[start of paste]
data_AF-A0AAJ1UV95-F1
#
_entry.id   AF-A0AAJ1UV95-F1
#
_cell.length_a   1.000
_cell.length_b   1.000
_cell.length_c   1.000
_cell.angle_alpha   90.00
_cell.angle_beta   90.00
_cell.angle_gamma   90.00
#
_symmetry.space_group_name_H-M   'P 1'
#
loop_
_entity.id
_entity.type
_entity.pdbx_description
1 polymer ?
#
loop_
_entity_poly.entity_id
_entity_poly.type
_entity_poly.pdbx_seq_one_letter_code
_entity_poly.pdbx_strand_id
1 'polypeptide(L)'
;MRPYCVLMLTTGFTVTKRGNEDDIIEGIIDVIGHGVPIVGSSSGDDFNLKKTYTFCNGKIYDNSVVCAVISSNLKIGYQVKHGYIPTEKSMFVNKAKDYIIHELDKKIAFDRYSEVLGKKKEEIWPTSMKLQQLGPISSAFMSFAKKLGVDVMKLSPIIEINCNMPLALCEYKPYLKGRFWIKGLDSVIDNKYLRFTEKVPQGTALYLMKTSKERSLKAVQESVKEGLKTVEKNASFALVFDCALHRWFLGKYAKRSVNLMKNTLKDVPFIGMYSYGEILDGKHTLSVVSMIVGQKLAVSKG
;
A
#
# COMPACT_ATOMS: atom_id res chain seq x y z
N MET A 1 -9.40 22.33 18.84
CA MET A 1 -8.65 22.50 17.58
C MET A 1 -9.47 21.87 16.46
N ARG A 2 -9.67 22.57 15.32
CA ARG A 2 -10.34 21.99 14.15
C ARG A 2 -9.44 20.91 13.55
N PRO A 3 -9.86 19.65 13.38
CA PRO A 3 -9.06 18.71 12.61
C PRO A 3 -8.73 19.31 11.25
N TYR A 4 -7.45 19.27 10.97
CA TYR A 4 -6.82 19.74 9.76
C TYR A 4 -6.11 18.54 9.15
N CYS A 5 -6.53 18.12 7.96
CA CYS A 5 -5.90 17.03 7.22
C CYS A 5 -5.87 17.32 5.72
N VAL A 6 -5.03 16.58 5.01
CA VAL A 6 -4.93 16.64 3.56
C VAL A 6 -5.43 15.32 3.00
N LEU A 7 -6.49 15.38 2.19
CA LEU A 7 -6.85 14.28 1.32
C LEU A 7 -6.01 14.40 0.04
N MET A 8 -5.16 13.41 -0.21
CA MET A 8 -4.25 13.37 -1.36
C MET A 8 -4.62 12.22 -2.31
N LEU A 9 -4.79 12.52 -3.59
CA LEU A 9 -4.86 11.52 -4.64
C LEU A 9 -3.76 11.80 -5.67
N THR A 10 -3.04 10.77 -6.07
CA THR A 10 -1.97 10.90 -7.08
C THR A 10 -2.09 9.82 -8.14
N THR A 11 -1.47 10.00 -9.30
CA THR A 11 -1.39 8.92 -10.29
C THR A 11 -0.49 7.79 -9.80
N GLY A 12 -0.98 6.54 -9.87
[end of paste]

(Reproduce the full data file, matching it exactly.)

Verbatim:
data_AF-A0AAJ1UV95-F1
#
_entry.id   AF-A0AAJ1UV95-F1
#
_cell.length_a   1.000
_cell.length_b   1.000
_cell.length_c   1.000
_cell.angle_alpha   90.00
_cell.angle_beta   90.00
_cell.angle_gamma   90.00
#
_symmetry.space_group_name_H-M   'P 1'
#
loop_
_entity.id
_entity.type
_entity.pdbx_description
1 polymer ?
#
loop_
_entity_poly.entity_id
_entity_poly.type
_entity_poly.pdbx_seq_one_letter_code
_entity_poly.pdbx_strand_id
1 'polypeptide(L)'
;MRPYCVLMLTTGFTVTKRGNEDDIIEGIIDVIGHGVPIVGSSSGDDFNLKKTYTFCNGKIYDNSVVCAVISSNLKIGYQVKHGYIPTEKSMFVNKAKDYIIHELDKKIAFDRYSEVLGKKKEEIWPTSMKLQQLGPISSAFMSFAKKLGVDVMKLSPIIEINCNMPLALCEYKPYLKGRFWIKGLDSVIDNKYLRFTEKVPQGTALYLMKTSKERSLKAVQESVKEGLKTVEKNASFALVFDCALHRWFLGKYAKRSVNLMKNTLKDVPFIGMYSYGEILDGKHTLSVVSMIVGQKLAVSKG
;
A
#
# COMPACT_ATOMS: atom_id res chain seq x y z
N MET A 1 -9.40 22.33 18.84
CA MET A 1 -8.65 22.50 17.58
C MET A 1 -9.47 21.87 16.46
N ARG A 2 -9.67 22.57 15.32
CA ARG A 2 -10.34 21.99 14.15
C ARG A 2 -9.44 20.91 13.55
N PRO A 3 -9.86 19.65 13.38
CA PRO A 3 -9.06 18.71 12.61
C PRO A 3 -8.73 19.31 11.25
N TYR A 4 -7.45 19.27 10.97
CA TYR A 4 -6.82 19.74 9.76
C TYR A 4 -6.11 18.54 9.15
N CYS A 5 -6.53 18.12 7.96
CA CYS A 5 -5.90 17.03 7.22
C CYS A 5 -5.87 17.32 5.72
N VAL A 6 -5.03 16.58 5.01
CA VAL A 6 -4.93 16.64 3.56
C VAL A 6 -5.43 15.32 3.00
N LEU A 7 -6.49 15.38 2.19
CA LEU A 7 -6.85 14.28 1.32
C LEU A 7 -6.01 14.40 0.04
N MET A 8 -5.16 13.41 -0.21
CA MET A 8 -4.25 13.37 -1.36
C MET A 8 -4.62 12.22 -2.31
N LEU A 9 -4.79 12.52 -3.59
CA LEU A 9 -4.86 11.52 -4.64
C LEU A 9 -3.76 11.80 -5.67
N THR A 10 -3.04 10.77 -6.07
CA THR A 10 -1.97 10.90 -7.08
C THR A 10 -2.09 9.82 -8.14
N THR A 11 -1.47 10.00 -9.30
CA THR A 11 -1.39 8.92 -10.29
C THR A 11 -0.49 7.79 -9.80
N GLY A 12 -0.98 6.54 -9.87